The recent Florida Court of Appeal case of Shumrak v. Broken Sound Club, 2005 Fla. App. LEXIS 3055 warns country club members to watch what they say in email to their club’s powers-that-be.
Plaintiff Shumrak sent an email to a member of his country club’s board of governors, commenting on the club’s general manager who was under investigation by the board. The board must have taken great offense to Shumrak’s comments, because as a result of the email, Shumrak was slapped with a six month suspension from the club. The board had exercised its sole discretion under an article of the club’s bylaws which allowed for suspension where a member’s conduct might “endanger the welfare, safety, harmony or good reputation of the Club or its members.”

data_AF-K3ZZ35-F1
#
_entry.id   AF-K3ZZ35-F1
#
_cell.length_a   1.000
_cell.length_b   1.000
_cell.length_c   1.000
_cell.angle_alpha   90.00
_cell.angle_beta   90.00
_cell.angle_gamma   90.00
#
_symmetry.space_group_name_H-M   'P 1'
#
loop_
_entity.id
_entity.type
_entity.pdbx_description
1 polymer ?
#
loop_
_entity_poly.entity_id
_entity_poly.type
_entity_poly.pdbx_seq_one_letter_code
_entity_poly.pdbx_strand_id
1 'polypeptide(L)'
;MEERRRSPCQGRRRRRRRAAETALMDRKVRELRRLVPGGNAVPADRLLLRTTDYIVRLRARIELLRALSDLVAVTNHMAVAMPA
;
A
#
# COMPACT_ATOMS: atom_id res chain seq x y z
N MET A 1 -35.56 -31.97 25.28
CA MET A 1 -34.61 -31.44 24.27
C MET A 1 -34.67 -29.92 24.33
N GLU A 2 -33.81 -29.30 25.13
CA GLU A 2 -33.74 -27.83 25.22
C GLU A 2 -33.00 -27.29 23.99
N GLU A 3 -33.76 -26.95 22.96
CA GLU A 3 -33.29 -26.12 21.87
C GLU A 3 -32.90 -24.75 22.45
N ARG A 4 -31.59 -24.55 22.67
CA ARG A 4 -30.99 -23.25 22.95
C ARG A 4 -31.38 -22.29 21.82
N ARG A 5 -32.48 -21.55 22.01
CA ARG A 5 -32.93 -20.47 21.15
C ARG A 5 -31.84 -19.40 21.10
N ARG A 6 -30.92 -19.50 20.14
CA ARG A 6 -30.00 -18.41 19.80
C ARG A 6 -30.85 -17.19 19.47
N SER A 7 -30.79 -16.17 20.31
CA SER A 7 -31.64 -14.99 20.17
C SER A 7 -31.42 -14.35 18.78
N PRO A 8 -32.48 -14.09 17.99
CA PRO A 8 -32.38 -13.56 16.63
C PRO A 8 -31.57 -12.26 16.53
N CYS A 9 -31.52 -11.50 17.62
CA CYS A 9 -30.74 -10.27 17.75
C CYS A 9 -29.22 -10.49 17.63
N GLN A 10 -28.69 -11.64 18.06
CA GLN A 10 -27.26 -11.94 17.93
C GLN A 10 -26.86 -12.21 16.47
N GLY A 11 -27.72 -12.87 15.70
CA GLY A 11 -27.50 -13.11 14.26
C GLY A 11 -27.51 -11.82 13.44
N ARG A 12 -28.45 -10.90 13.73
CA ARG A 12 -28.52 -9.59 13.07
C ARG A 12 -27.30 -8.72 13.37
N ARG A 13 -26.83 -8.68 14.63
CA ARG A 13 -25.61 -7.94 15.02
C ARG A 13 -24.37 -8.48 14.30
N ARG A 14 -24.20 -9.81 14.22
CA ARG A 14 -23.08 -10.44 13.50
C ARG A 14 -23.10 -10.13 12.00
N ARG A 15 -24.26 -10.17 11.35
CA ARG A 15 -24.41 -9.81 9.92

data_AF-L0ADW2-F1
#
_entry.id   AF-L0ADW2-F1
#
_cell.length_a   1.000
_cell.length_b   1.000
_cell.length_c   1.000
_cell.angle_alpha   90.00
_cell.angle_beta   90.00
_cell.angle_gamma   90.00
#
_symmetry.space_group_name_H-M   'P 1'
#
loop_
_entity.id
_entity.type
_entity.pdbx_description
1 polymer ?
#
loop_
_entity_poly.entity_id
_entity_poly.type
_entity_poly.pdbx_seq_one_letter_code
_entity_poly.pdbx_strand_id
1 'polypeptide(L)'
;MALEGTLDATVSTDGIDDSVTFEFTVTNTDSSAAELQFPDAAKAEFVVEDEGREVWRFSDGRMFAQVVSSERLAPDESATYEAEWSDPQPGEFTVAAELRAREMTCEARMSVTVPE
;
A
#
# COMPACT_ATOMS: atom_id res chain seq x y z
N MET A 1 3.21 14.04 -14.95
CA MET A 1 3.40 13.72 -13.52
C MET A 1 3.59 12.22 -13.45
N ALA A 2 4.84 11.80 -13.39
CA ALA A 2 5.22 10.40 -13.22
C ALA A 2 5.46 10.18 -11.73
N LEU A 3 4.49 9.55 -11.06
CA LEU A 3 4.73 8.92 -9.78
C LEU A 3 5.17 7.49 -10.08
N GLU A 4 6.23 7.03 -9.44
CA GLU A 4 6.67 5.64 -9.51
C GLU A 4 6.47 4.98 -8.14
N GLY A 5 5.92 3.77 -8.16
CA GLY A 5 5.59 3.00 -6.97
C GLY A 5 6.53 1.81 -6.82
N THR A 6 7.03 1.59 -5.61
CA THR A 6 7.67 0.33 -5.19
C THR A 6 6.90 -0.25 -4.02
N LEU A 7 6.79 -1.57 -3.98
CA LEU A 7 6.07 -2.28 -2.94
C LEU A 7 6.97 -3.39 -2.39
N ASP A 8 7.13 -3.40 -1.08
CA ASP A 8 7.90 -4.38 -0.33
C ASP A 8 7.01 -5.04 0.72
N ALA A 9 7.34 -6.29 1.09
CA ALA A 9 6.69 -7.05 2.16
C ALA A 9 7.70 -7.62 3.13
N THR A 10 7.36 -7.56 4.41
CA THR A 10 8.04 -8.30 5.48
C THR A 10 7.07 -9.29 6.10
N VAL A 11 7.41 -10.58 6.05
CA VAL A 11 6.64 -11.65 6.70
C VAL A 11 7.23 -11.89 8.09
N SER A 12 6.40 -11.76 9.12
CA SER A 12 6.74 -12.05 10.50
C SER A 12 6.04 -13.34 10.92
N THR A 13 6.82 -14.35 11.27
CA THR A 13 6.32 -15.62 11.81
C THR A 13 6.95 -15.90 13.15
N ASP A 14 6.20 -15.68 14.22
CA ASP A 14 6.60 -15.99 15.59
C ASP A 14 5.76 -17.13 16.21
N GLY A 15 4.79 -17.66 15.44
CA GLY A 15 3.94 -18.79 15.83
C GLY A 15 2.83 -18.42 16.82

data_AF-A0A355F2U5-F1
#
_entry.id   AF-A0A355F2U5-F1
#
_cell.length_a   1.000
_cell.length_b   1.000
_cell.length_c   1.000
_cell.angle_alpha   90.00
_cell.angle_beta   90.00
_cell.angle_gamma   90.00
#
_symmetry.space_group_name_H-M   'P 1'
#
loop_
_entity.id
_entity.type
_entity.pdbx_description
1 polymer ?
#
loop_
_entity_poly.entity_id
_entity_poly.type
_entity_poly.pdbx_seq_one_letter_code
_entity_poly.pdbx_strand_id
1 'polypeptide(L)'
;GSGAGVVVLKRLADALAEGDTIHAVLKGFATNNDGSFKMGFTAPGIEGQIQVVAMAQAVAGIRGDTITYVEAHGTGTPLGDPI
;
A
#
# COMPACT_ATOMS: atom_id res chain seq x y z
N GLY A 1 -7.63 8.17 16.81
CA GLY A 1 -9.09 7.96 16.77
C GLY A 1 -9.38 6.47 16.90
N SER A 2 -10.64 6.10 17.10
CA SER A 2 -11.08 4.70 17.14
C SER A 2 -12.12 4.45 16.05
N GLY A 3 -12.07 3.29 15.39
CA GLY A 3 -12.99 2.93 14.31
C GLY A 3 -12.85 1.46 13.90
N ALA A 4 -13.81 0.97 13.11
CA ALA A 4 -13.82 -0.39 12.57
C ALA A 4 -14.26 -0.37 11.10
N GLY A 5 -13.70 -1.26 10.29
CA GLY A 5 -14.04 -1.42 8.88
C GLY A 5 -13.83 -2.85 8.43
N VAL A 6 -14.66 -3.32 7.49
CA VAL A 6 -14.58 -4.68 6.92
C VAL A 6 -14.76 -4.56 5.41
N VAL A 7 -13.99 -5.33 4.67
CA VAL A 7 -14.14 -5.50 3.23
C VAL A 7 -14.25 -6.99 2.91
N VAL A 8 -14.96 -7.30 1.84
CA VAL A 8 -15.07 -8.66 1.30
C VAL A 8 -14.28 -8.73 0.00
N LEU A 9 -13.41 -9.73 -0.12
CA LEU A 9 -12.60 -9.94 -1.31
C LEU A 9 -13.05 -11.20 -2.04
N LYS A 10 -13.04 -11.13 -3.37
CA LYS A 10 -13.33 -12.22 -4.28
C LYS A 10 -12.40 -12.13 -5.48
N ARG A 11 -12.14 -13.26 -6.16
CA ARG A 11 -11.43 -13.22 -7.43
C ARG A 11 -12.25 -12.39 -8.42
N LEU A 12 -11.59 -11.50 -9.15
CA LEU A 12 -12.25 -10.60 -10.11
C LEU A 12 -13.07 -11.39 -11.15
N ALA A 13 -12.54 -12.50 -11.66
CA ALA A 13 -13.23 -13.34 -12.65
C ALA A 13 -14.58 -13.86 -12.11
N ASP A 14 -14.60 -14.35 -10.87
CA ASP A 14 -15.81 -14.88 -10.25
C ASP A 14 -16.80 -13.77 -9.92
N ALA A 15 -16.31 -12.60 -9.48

Shumrak sued the club, claiming his suspension was improper. The trial court dismissed on the basis that it could not review a disciplinary decision of a private social club. The Court of Appeal affirmed. It did not buy Shumrak’s arguments that the club was more like a homeowner’s association, thus suspension would implicate property rights and be subject to review. Apparently, because Shumrak would be “suspended” for a limited period of time, and not “expelled,” his property rights were not brought into play.
Shumrak v. Broken Sound Club, Inc., 2005 Fla. App. LEXIS 3055 (March 9, 2005).